Vancouver Island is home to many seemingly idyllic Canadian Indian villages like this one, where bald eagles swirl overhead, deep fir and cedar forests scent the air and windy Nitinat Lake offers plenty of wild salmon, crab and trout for the 200 residents.
But among the island's forests and sheltered coves, Clarence Dennis drifted -- drinking, robbing and hurting his children. Daisy Edwards spent years in a stupor, working as a prostitute after being raped by her father. Jack George Thompson beat his family, stuck a pistol in his mouth and nearly pulled the trigger.
Their stories, like those of many others here, have a common thread: a childhood spent at one of the more than 100 residential schools for Canadian Indians financed for more than a century by the government to force assimilation.
PHOTO: NY TIMES
The abuses at the schools, the last of which was closed in 1986 and which were run by the Roman Catholic, Anglican, United and Presbyterian churches, are well documented. Lawsuits have been filed against the churches and the Canadian government.
With government aid, the villagers are trying to heal, mixing Western psychological tools with traditional religious ceremonies to try to draw a line on a history of abuse that they and social workers say has become a generational legacy.
Root of problems
PHOTO: NY TIMES
No comprehensive study has yet measured the full damage wrought by the schools. But a growing body of scholarly work suggests that their legacy is at the root of social ills in scores of native villages and among Indians who have migrated to large Canadian cities.
One government-financed study noted that almost a quarter of convicted pedophiles, rapists and those who committed incest are Canadian Indians, who make up about 3 percent of the population. The study concluded that there was a link between attendance at the schools and becoming a sex offender. (Canadian Indians were also more likely to be prosecuted, it said.)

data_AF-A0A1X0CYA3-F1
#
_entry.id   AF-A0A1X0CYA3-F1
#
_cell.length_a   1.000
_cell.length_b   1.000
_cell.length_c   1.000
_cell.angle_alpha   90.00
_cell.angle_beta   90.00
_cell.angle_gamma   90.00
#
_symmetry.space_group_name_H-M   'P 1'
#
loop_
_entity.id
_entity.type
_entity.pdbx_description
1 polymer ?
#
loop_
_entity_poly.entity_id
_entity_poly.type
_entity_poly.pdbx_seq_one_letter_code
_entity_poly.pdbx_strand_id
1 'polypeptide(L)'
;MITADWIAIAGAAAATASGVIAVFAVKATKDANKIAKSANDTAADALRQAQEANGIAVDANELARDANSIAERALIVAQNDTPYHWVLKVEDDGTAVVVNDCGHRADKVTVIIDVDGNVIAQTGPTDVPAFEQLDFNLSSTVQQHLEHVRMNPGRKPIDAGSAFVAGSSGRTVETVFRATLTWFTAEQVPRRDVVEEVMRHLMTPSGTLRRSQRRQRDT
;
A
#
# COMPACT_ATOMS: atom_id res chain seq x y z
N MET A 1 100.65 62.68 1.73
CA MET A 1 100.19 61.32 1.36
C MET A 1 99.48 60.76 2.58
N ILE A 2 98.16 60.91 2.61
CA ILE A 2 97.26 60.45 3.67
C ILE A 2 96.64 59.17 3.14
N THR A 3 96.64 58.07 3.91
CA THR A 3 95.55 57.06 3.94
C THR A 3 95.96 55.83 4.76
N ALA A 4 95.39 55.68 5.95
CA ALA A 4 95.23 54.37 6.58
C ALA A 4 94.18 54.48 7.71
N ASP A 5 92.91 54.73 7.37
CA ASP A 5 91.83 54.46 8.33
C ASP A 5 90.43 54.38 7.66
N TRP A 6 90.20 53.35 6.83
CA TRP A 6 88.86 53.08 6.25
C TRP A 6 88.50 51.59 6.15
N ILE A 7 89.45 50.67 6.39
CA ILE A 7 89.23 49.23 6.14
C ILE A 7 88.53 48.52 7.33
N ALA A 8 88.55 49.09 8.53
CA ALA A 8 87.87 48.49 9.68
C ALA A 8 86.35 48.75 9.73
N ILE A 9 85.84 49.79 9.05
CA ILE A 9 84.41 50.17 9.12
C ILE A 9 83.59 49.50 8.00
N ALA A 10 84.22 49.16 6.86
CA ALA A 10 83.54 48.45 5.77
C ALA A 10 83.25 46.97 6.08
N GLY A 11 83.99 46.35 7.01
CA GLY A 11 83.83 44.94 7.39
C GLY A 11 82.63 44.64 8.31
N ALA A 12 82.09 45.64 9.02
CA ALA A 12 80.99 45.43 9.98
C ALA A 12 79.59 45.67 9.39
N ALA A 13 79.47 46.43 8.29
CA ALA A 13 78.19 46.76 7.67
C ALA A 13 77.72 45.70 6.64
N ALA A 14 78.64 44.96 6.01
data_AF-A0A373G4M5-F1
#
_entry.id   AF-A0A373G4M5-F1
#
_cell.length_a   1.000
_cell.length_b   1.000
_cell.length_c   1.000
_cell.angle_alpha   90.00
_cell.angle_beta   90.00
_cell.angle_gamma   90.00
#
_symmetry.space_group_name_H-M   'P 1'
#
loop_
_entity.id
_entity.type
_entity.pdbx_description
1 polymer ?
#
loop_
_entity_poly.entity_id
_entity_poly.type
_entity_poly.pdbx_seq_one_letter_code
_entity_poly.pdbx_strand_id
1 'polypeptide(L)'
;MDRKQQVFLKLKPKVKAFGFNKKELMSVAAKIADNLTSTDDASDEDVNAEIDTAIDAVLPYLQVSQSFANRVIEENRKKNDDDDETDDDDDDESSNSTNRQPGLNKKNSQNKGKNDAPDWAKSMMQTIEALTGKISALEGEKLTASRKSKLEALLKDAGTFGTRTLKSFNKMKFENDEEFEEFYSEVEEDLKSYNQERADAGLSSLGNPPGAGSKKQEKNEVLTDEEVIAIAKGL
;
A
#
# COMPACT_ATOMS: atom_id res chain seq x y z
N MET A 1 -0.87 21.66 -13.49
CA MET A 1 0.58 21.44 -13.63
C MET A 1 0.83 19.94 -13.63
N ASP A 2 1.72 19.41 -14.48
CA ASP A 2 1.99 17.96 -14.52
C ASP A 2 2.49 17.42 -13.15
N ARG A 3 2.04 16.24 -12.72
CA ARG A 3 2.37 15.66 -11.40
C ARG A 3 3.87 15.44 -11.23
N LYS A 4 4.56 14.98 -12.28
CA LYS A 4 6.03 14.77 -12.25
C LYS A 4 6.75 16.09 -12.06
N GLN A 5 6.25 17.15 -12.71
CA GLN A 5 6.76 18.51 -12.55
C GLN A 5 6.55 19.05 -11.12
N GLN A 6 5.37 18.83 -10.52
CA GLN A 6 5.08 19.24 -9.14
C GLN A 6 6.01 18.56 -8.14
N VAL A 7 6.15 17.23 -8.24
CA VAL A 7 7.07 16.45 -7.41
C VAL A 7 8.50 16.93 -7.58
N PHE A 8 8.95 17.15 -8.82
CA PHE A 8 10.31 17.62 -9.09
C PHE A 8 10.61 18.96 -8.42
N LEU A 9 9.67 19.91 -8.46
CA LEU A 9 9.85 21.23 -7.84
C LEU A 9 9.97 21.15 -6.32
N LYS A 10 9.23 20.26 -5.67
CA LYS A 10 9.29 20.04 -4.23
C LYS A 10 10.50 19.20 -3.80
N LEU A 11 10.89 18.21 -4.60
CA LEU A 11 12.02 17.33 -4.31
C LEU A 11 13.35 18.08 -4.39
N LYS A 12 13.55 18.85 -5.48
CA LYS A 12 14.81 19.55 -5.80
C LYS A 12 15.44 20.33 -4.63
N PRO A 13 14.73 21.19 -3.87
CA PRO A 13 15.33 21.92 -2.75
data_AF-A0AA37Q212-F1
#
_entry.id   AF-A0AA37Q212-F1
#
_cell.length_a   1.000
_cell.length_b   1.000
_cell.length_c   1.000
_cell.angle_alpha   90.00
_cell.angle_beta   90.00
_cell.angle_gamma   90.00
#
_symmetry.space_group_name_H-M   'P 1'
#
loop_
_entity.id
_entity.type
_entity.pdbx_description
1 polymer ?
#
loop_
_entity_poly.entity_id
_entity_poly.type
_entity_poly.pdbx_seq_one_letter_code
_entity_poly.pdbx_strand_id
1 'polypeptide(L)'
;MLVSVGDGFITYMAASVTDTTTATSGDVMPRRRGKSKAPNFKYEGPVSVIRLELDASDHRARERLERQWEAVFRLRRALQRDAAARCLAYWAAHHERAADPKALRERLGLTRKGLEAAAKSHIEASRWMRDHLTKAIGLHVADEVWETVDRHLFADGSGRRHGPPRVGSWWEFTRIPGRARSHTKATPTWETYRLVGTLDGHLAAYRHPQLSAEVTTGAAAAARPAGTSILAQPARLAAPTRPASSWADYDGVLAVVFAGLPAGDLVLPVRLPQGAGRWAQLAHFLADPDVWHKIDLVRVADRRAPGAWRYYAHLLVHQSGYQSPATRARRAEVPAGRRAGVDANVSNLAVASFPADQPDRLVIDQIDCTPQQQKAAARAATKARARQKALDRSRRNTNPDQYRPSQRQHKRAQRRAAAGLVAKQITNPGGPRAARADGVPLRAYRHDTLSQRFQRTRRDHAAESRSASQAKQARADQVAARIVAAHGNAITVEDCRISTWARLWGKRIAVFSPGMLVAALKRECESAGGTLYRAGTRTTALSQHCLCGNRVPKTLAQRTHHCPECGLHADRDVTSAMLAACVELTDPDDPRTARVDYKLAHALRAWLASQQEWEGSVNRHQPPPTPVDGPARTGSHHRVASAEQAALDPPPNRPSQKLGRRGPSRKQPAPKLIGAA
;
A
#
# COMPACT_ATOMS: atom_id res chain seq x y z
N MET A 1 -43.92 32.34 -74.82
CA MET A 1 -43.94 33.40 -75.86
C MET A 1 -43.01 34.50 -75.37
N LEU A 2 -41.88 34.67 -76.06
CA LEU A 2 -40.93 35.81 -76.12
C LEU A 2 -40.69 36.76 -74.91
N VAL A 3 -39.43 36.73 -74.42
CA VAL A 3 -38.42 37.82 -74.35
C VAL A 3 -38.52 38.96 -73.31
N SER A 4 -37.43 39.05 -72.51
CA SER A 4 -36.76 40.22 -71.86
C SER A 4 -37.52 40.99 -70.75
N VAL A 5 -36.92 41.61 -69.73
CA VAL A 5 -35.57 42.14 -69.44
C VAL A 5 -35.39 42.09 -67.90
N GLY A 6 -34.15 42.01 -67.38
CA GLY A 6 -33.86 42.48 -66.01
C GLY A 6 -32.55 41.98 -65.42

The therapies have ranged from individual or group sessions with licensed professionals to traditional native prayer sessions and ritual bathing in rivers and streams. Help centers provide treatments like drumming ceremonies and sweat lodges, the traditional cleansing saunas set up in domed tents where people can confess and chant.
Clarence Dennis, 62, has been homeless and a drifter for most of his life since he left the Port Alberni Indian residential school, which was run by the United Church of Canada. He spent 18 years in jail for robbery and assault. No relationship with a woman ever worked out for long. "I couldn't have sex without thinking about being raped," Dennis said.
He said that Arthur Henry Plint, who supervised the Port Alberni school during two five-year intervals until 1968, and another school administrator took turns raping him, beginning when he was 7. Plint was sentenced in 1995 to 11 years in prison for 16 counts of indecent assault.
Recently, Dennis gathered the courage to return to the school for a cleansing ceremony with his 29-year-old son, David, whom he had abandoned. His face streaked with charcoal, his forehead and midsection wrapped in spruce branches, he closed his eyes as his off-and-on girlfriend sang an Indian song about a deer who escapes a hunter.
"I have been violent with my children and I didn't know where it came from," David Dennis said, adding that he, too, has gone for counseling after years of misbehavior and three months in jail for auto theft. "Every one of my brothers is disrespectful to women. How do you count the casualties on this battlefield?"
In all, 93,000 living Canadian Indians, nearly 1 in 10, are estimated to have passed through the schools, and hundreds of thousands more have suffered as the children of survivors.
Here in Ditidaht, all those older than 45 attended the Port Alberni school, and all those younger were brought up by a parent or grandparent who had gone to the school and had suffered abuse there. In addition to attacks by school personnel, some students were were raped or abused by older students.